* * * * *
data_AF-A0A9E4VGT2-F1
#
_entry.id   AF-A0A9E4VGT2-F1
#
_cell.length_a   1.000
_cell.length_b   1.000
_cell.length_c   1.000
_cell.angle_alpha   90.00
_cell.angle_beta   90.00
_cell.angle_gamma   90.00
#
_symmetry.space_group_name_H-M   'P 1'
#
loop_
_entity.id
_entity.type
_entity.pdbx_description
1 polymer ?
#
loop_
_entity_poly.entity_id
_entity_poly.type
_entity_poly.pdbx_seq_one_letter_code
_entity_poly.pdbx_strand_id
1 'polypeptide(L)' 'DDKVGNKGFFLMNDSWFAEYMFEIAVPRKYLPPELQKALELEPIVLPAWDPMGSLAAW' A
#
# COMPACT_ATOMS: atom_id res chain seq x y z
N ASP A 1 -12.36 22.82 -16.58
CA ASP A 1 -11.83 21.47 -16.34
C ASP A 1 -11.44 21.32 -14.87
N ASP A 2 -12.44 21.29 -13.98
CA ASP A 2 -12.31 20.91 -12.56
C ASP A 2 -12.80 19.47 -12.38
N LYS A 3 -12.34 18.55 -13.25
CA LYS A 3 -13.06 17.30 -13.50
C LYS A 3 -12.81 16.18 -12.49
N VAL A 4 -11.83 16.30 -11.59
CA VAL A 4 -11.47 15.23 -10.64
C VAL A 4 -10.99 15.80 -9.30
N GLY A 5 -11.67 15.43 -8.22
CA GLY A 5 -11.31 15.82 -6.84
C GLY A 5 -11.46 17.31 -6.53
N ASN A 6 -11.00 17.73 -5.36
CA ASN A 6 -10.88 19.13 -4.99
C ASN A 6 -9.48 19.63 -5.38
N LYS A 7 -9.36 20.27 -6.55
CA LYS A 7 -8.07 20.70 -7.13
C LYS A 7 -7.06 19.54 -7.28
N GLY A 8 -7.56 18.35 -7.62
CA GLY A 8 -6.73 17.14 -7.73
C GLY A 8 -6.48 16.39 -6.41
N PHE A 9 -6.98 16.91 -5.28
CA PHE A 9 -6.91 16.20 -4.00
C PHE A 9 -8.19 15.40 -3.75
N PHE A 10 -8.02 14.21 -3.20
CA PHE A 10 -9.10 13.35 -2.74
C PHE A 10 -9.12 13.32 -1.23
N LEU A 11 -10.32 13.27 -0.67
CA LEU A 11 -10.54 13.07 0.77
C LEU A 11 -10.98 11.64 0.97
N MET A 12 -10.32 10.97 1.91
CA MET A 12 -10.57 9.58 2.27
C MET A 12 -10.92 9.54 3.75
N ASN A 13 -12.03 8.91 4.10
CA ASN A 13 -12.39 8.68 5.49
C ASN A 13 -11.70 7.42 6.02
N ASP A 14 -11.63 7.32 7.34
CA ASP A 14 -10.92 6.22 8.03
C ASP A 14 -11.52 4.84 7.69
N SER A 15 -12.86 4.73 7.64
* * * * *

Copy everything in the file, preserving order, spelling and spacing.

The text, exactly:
data_AF-A0A9E4VGT2-F1
#
_entry.id   AF-A0A9E4VGT2-F1
#
_cell.length_a   1.000
_cell.length_b   1.000
_cell.length_c   1.000
_cell.angle_alpha   90.00
_cell.angle_beta   90.00
_cell.angle_gamma   90.00
#
_symmetry.space_group_name_H-M   'P 1'
#
loop_
_entity.id
_entity.type
_entity.pdbx_description
1 polymer ?
#
loop_
_entity_poly.entity_id
_entity_poly.type
_entity_poly.pdbx_seq_one_letter_code
_entity_poly.pdbx_strand_id
1 'polypeptide(L)' 'DDKVGNKGFFLMNDSWFAEYMFEIAVPRKYLPPELQKALELEPIVLPAWDPMGSLAAW' A
#
# COMPACT_ATOMS: atom_id res chain seq x y z
N ASP A 1 -12.36 22.82 -16.58
CA ASP A 1 -11.83 21.47 -16.34
C ASP A 1 -11.44 21.32 -14.87
N ASP A 2 -12.44 21.29 -13.98
CA ASP A 2 -12.31 20.91 -12.56
C ASP A 2 -12.80 19.47 -12.38
N LYS A 3 -12.34 18.55 -13.25
CA LYS A 3 -13.06 17.30 -13.50
C LYS A 3 -12.81 16.18 -12.49
N VAL A 4 -11.83 16.30 -11.59
CA VAL A 4 -11.47 15.23 -10.64
C VAL A 4 -10.99 15.80 -9.30
N GLY A 5 -11.67 15.43 -8.22
CA GLY A 5 -11.31 15.82 -6.84
C GLY A 5 -11.46 17.31 -6.53
N ASN A 6 -11.00 17.73 -5.36
CA ASN A 6 -10.88 19.13 -4.99
C ASN A 6 -9.48 19.63 -5.38
N LYS A 7 -9.36 20.27 -6.55
CA LYS A 7 -8.07 20.70 -7.13
C LYS A 7 -7.06 19.54 -7.28
N GLY A 8 -7.56 18.35 -7.62
CA GLY A 8 -6.73 17.14 -7.73
C GLY A 8 -6.48 16.39 -6.41
N PHE A 9 -6.98 16.91 -5.28
CA PHE A 9 -6.91 16.20 -4.00
C PHE A 9 -8.19 15.40 -3.75
N PHE A 10 -8.02 14.21 -3.20
CA PHE A 10 -9.10 13.35 -2.74
C PHE A 10 -9.12 13.32 -1.23
N LEU A 11 -10.32 13.27 -0.67
CA LEU A 11 -10.54 13.07 0.77
C LEU A 11 -10.98 11.64 0.97
N MET A 12 -10.32 10.97 1.91
CA MET A 12 -10.57 9.58 2.27
C MET A 12 -10.92 9.54 3.75
N ASN A 13 -12.03 8.91 4.10
CA ASN A 13 -12.39 8.68 5.49
C ASN A 13 -11.70 7.42 6.02
N ASP A 14 -11.63 7.32 7.34
CA ASP A 14 -10.92 6.22 8.03
C ASP A 14 -11.52 4.84 7.69
N SER A 15 -12.86 4.73 7.64